Philosophical perspectives embody a collection of attitudes and values that have been used by many individuals in evaluating alternative options, thereby deciding on the preferred one. For one who has never considered his or her own personal philosophy, and the effects of its actions, then conscious thought is the option in helping them make consistent and purposeful decisions on learning and teaching (Copeland, 2005, p.3). One’s philosophical position help in explaining different responses to educational questions like the purpose of education, the worth of knowledge, how to treat students, the role of teachers and the contents of the curriculum among others.
We will write a custom Essay on Philosophical Perspectives in the Classroom specifically for you
301 certified writers online
Consequently, Copeland, (2005) states that educational practices are affected by education-related systems of philosophy; which have helped many, clarify people’s beliefs on the goals of education. While explaining the roles of philosophical perspectives in classroom, it is vital to seek the views of progressivism, an important educational philosophy. This is an alternative philosophy that was designed to prepare individuals face the realities of the contemporary life. The philosophy emphasizes on the importance of science as it deals with change and, therefore, progressivism puts more stresses on change as the essence of reality (Copeland, 2005, p. 9). In addition, the philosophy emphasizes on the commitments to democracy ad its values in preparing students for their roles as good citizens in the democratic world.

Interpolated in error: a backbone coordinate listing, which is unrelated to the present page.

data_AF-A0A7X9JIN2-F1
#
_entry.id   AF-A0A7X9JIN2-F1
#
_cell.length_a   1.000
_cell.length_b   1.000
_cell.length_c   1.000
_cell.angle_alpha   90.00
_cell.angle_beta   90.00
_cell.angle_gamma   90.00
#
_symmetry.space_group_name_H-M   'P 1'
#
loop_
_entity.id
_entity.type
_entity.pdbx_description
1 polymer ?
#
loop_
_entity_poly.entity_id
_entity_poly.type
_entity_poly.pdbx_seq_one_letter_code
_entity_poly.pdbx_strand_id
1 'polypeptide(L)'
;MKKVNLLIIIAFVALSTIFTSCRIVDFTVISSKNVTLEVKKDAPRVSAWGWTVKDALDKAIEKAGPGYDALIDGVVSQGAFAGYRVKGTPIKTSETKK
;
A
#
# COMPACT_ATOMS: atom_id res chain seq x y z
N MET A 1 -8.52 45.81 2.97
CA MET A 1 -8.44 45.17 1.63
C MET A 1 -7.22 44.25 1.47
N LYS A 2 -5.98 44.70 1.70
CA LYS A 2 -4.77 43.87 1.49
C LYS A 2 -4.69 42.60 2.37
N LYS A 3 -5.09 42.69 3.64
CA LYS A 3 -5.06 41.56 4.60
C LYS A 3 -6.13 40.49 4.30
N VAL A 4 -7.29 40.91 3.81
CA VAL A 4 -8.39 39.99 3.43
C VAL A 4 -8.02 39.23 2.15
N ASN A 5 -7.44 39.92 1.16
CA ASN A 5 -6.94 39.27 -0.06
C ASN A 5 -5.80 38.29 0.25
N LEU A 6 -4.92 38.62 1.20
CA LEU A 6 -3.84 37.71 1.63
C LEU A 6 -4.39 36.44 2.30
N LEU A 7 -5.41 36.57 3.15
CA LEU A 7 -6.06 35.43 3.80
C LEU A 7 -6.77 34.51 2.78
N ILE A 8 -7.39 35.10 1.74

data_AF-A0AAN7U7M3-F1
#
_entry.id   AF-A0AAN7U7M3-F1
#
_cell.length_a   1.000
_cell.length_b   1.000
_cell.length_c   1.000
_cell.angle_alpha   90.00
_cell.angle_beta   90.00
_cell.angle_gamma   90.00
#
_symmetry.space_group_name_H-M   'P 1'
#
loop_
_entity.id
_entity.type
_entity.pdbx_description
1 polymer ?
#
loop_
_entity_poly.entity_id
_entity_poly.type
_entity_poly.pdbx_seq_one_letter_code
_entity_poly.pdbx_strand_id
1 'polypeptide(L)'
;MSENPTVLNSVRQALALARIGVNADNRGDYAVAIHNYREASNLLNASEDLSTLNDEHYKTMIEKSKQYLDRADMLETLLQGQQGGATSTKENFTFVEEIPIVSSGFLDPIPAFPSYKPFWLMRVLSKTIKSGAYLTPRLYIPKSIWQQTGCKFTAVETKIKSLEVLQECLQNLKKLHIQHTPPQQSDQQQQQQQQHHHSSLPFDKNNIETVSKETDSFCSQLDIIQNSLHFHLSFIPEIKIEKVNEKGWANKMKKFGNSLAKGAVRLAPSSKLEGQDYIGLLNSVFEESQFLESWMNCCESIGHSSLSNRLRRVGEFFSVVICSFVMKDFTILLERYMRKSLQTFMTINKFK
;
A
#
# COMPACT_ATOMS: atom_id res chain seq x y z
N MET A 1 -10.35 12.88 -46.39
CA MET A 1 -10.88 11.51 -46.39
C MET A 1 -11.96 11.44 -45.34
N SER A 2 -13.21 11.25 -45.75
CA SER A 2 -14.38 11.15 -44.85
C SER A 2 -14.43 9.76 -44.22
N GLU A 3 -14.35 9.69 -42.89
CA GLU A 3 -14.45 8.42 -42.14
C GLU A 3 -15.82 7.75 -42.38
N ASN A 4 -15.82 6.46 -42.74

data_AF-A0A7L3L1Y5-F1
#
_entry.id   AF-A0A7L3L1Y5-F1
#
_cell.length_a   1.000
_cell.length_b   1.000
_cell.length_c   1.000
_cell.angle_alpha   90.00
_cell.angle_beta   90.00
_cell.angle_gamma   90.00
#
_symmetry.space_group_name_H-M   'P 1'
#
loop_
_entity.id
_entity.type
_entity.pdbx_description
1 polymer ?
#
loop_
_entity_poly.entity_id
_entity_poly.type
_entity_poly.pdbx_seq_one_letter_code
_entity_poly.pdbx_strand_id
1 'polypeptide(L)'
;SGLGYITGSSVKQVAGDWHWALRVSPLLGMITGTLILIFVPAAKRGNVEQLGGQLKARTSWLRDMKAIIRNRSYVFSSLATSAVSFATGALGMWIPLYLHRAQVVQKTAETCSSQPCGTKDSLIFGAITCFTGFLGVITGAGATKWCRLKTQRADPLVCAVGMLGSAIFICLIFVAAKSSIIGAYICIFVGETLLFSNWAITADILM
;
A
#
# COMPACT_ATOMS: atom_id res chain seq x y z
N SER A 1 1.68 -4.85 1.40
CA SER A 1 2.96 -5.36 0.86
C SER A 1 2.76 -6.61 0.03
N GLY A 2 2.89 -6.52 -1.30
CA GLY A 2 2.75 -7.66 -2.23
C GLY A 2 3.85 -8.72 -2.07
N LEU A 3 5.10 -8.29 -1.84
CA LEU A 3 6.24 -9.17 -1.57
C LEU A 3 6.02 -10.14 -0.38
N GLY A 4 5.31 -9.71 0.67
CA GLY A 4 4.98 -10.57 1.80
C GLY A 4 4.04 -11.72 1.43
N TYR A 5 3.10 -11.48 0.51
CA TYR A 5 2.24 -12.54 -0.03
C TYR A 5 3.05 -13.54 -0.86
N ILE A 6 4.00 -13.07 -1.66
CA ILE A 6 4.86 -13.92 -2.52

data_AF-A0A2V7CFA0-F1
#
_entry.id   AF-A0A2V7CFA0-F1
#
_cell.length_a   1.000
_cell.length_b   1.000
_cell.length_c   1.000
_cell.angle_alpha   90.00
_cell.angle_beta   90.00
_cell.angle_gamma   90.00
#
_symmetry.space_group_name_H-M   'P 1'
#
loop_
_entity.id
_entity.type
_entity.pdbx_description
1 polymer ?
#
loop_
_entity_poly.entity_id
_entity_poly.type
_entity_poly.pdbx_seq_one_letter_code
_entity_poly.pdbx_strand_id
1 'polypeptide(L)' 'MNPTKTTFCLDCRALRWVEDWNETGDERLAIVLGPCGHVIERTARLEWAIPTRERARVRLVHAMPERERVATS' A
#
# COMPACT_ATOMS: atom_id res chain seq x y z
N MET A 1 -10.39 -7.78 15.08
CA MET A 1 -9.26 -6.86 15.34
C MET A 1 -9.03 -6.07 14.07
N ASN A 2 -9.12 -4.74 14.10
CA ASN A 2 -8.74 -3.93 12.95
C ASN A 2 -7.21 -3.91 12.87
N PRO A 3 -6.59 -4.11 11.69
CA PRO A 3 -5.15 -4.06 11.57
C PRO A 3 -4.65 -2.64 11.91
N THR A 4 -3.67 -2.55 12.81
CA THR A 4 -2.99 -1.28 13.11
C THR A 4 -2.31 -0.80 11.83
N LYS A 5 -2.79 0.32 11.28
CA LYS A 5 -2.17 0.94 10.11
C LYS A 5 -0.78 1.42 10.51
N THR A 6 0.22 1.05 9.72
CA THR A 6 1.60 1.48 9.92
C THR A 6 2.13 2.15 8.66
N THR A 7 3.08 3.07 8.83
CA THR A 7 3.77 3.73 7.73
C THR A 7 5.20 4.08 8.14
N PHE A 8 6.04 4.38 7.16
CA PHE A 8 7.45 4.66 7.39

On the other hand, essentialism as a field of philosophy states that the primary objective f schools is to transmit some selected elements of culture from one generation to another. Basically, essentialism is a conservative approach that emphasizes the need of an organized and well structured curriculum that considers the traditional values like respect to the authority. Lastly, the educational perspective of perennialism views human nature and truth as constant factors. The philosophy of perennialism also emphasizes on intellect, tests that assess thinking, deeper levels of leaning and dimensions not easily measured.
Five ways in which technology can be used
Technology entails the application of scientific processes and inventions to different resources for the aim of extending ones capabilities in meeting their wants or needs. Technology has been used to alter the limits of what one can do (Roblyer, 2003, p. 6). However, according to Roblyer, (2003), it does not guarantee one to do whatever it is intended to. New technologies have presented opportunities for the education profession to alter so many instructional practices and traditional organizations. The only problem is that one cannot be sure that the kinds of radical transformations envisioned by new technology supporters will be experienced by education.
The communication technology of today has made it possible for one to arrange for individual or learner groups to work on varying assignments with respect to their needs in particular. Such kinds of individualized teaching were pretty hard to put into practice. To the teachers, technology can now give them the ability to function mostly as an instrumental guide as opposed to being the primary source of such information (Roblyer, 2003, p. 7). In addition to what technology can do, new technologies have relieved the need of having many school days and organizing time so rigidly. With respect to this, it is predicted that students would be spending more time at home.
Additionally, when new technologies are used to develop learner’s research capacities, the instructor has the opportunity to accommodate their learning preferences and styles. Modern communication technologies are being used in schools to bring instruction to the learners. Finally, the range of simulations available to the pubic school learners has been enabled by the new digital technologies (Roblyer, 2003, p. 9). However, new technologies have been described in some instances as learning distracters while others are literally expensive to acquire.
Copeland, M. Socratic circles: Fostering critical and creative thought in middle and high schools. Portland, ME: Stenhouse. 2005: p.1 – 9.
Roblyer, M. D. Integrating educational technology into teaching (3rd ed.). Upper Saddle River, NJ: Merrill/Prentice Hall. 2003, p 1-10.